Detailing the work of getting this blog put together using cobalt.rs and deploying with now.
Time for a project
The work of starting a blog intimidated me for a long time and I’d like to talk a bit about how I made it past being intimidated. Some of what slowed me down in the past was the idea of finding time. Whether I’m actually able to find time isn’t clear yet but I’ve reached a point where I thought I’d try. The remaining problem stemmed from indecision. I wanted the solution to be just right but couldn’t decide what that even meant. A part of me leaned toward a nice prefab solution like svbtle or falling back to a free WordPress theme. Another part of me though, wanted to use the personal blog project as an excuse to learn new tooling and level up in areas that I don’t have much experience.
Some experiecnce with Hugo in the past had been positive, it made a lot of the work seem approachable. When it comes to open source solutions for hobby or “side” projects though, I’ve started to lean toward projects that are a little younger or have at least have a little less of the spotlight. I’m more often able to find some unpolished corner that gives me an excuse to contribute to it and hopefully, make something cool even better.
Because I’ve been on a kind of personal mission to map out some of the Rust ecosystem I thought I’d explore what it had to offer. A quick browser search for “static site generator rust” turns up a handful of options, but out of those, two seemed especially suited to the task. Gutenberg and cobalt.rs.
The docs for both seemed approachable so I felt optimistic that either choice would be manageable with effort. Because my experience is especially slim in design, my choice ultimately came down to finding an existing site built with either of the tools that had an aesthetic I wanted to pull from.
Matthias Endler’s blog sold me, it’s beautiful. Walking through that code base was a fantastic tutorial on using cobalt.rs. This site, especially my CSS, leans pretty heavily on what I found there.
Initially, I didn’t appreciate the
.liquid interchangeability. The
first pass only used Markdown so I hit a wall when wanted to incorporate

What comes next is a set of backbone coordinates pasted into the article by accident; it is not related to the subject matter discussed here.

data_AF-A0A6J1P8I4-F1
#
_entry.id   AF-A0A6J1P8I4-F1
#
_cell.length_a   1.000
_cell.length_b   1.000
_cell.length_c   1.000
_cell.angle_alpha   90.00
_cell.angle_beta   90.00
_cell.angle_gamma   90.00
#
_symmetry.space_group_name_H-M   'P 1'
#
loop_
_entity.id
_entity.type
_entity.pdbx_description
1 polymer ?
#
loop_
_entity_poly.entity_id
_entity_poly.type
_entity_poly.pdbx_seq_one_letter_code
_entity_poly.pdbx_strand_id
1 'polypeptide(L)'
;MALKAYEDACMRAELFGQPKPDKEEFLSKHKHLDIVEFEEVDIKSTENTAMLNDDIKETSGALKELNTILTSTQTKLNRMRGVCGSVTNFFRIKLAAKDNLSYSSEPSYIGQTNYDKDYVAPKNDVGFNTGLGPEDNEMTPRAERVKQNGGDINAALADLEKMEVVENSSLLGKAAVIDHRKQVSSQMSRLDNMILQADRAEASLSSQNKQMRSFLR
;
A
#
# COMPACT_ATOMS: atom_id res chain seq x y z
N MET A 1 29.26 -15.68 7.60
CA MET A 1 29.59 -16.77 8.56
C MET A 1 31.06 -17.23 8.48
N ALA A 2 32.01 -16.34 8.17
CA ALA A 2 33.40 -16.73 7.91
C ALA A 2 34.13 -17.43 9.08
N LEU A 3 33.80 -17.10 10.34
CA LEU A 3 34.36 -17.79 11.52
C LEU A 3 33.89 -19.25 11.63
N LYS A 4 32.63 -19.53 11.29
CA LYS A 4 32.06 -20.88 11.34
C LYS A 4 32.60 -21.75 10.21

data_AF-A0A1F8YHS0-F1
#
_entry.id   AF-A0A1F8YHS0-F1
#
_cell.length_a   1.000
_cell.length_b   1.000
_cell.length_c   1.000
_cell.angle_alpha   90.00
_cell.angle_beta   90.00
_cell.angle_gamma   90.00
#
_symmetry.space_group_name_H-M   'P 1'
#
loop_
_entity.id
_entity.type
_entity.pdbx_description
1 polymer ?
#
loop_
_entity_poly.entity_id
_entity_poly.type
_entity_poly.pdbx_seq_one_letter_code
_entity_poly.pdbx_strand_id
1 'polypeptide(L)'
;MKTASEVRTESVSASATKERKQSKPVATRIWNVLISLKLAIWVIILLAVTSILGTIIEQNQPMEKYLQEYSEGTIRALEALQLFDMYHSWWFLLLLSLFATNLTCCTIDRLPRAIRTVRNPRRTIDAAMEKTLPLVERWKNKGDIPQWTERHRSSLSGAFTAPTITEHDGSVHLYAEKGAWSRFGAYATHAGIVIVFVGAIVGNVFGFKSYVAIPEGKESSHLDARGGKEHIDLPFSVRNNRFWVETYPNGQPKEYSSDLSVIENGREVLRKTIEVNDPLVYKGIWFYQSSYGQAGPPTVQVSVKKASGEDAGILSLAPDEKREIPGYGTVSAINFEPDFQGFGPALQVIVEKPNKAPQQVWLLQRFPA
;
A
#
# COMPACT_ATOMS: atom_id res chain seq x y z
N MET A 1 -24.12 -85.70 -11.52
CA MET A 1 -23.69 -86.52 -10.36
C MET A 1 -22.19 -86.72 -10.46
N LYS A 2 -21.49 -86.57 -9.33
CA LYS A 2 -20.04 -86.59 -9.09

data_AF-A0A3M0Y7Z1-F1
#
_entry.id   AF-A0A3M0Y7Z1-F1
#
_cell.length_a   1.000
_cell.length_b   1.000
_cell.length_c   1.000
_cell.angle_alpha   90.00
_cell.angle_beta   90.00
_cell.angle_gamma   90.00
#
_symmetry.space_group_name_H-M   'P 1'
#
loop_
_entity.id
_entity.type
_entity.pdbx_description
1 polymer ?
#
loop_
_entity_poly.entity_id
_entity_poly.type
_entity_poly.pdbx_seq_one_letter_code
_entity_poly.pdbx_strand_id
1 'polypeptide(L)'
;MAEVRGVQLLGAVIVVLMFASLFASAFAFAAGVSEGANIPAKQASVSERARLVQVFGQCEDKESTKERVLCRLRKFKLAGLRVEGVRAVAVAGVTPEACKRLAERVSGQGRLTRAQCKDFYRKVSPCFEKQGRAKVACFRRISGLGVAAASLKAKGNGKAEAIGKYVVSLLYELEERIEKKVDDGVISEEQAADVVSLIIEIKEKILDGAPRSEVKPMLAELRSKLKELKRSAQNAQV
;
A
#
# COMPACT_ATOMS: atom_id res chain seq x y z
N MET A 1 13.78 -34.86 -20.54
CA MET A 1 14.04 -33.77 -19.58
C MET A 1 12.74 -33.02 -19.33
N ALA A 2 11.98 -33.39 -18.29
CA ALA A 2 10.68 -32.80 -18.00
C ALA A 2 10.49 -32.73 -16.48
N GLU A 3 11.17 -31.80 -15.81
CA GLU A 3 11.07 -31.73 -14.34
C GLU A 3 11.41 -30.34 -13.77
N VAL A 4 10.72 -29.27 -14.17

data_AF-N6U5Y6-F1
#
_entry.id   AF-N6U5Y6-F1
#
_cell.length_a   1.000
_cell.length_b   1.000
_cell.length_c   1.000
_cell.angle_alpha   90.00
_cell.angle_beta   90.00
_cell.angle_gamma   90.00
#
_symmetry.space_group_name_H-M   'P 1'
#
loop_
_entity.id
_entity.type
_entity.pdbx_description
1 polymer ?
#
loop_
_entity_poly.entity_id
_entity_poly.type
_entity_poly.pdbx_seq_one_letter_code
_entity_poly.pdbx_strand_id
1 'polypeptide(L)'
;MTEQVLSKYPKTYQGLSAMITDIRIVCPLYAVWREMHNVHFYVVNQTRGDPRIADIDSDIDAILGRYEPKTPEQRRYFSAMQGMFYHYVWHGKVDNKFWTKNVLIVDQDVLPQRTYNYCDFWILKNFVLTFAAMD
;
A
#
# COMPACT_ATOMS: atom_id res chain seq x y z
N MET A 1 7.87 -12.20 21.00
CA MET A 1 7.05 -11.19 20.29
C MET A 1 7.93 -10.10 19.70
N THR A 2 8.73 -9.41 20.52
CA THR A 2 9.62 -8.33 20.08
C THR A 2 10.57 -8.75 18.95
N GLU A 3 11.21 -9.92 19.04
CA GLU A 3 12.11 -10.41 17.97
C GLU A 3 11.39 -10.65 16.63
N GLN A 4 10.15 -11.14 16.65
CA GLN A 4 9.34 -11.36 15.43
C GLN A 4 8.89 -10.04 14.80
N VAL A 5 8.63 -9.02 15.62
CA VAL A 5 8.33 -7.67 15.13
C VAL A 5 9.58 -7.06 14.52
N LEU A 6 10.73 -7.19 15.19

styling in some draft posts. That’s where the
.liquid extension comes in.
It lets you incorporate raw HTML, and all the power that comes with it
I love not being constrained to Markdown but having it in the toolbox.
It’s built, now what?
Okay, I dug in, hacked some CSS, learned what was and wasn’t possible with
Markdown, fought the urge to duplicate the
.liquid files in the
directory without gaining anything from it and finally had something I thought
I could run with.
But then what? I’ve been getting paid to write software
for a few years now and I’ve never had to learn or cemented how to go from local
files to a live website 🙃. Where does all that happen? Do I need a hosting
account? Which one? The words Digital Ocean droplet probably mean
something… I spiraled like this for a bit until happily, the memory surfaced
of video I’d been recommended by a friend ages
ago on now & next,
Node.js packages that I didn’t really have an application for
at the time. I revisited the video and gave it a try. Damn,
now is a
Here are the steps I took to get my blog up and running during development:
1. Install now.
1. Build the site with
cobalt build (it generates a
now deploy _site? Bam! Live website with a generated URL.
Totally, totally, sold. I ended up springing for the step above a free account to associate custom domains with my deploys and support something that blew my mind.
To associate your domain with the URL generated with
now alias <source (generated) URL> <destination URL>
Getting a blog up and running took some leveling up (happily!) but because of
some great tools and the work of others to learn from, it didn’t take a ton of
time. It was the work of a weekend and a lot of that was experimentation.
My experiences with both
now were hugely positive and
I recommend both for anyone interested in starting something from scratch or
just exploring some new tooling.